The Chinese economy continued its faster than expected growth acceleration in August as industrial production climbed by 5.6% year-on-year (1.02% month-on-month) and lifted producer prices (PPI) from -2.4% year-on-year in July to -2.0%, a gain of 0.3% month-on-month.
But it was the 1.25% month-on-month growth in retail sales (+0.5% year-on-year) that demonstrated that the economic recovery is gaining strength not just on the production, but also on the critical consumption side. The August retail sales gain was the first positive year-on-year number since the outbreak of Covid-19.
Policymakers, who had formally introduced the new “dual circulation” growth model with greater emphasis on domestic demand in early August, will have been elated by a good start.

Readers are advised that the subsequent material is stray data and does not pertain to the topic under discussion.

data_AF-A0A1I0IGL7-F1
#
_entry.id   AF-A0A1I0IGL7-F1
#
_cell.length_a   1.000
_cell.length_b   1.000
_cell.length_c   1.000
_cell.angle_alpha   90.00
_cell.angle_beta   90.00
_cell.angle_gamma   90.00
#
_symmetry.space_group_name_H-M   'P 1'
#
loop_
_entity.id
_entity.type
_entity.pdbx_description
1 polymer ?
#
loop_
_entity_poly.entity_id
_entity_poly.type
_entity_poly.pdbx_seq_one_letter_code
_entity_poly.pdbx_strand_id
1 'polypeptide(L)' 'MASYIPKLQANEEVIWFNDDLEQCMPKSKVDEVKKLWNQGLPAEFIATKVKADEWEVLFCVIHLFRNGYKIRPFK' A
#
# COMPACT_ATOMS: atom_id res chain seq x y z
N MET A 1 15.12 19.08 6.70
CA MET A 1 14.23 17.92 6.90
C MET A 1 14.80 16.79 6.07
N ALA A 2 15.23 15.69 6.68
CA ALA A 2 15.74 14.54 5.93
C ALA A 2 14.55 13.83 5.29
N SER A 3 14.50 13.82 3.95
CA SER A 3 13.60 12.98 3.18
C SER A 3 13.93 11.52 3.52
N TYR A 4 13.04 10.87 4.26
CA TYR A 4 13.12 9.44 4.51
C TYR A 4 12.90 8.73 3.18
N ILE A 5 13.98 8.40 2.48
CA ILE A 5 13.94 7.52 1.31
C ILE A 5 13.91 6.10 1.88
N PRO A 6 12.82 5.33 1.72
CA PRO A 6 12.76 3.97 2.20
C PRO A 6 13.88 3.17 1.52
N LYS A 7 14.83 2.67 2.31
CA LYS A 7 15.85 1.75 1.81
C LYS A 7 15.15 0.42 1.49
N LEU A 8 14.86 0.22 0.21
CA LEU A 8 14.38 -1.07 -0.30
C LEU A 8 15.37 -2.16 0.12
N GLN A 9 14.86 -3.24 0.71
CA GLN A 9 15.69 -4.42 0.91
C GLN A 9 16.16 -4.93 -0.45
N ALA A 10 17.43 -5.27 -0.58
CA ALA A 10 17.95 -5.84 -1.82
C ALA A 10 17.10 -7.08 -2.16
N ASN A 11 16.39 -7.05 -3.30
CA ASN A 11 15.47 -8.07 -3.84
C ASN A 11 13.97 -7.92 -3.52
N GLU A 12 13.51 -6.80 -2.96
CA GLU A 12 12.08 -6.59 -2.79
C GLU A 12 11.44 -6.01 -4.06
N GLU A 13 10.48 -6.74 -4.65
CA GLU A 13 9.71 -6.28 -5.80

Similarly, monetary policymakers will see their emphasis on a stable policy stance confirmed and welcome the fact that PPI made further gains even without monetary easing.
Even bond holders and buyers will have something to cheer about as bond demand is continuing to rise with a strengthening currency.
The People’s Bank of China (PBoC) set the yuan’s central parity rate with the US dollar at 6.8222 this Tuesday morning. That was the strongest CNY parity level since May 13, 2019, but still underestimated the renewed buoyancy of the Chinese currency.
At 5:30pm HK time, CNH, the offshore deliverable CNY, traded at 6.7720 to the USD, a 16-month high.
As I have argued repeatedly over the past two months, China’s rapid economic recovery from the Covid pandemic has left the nation’s currency with very sound fundamentals and, in particular, attractive fixed-income sector returns not threatened by currency hedging costs. There will be increased foreign inflows into the sector.
The dual circulation model requires a strong currency. As the model proves its worth, the yuan will continue on an upward slope.
I regard its fair value and medium-term target level as 6.0 to the US dollar.
ALSO SEE: Nvidia could be a giant in the age of artificial intelligence
China begins era of strict supervision of financial holding companies
This report appeared first on Asia Times Financial.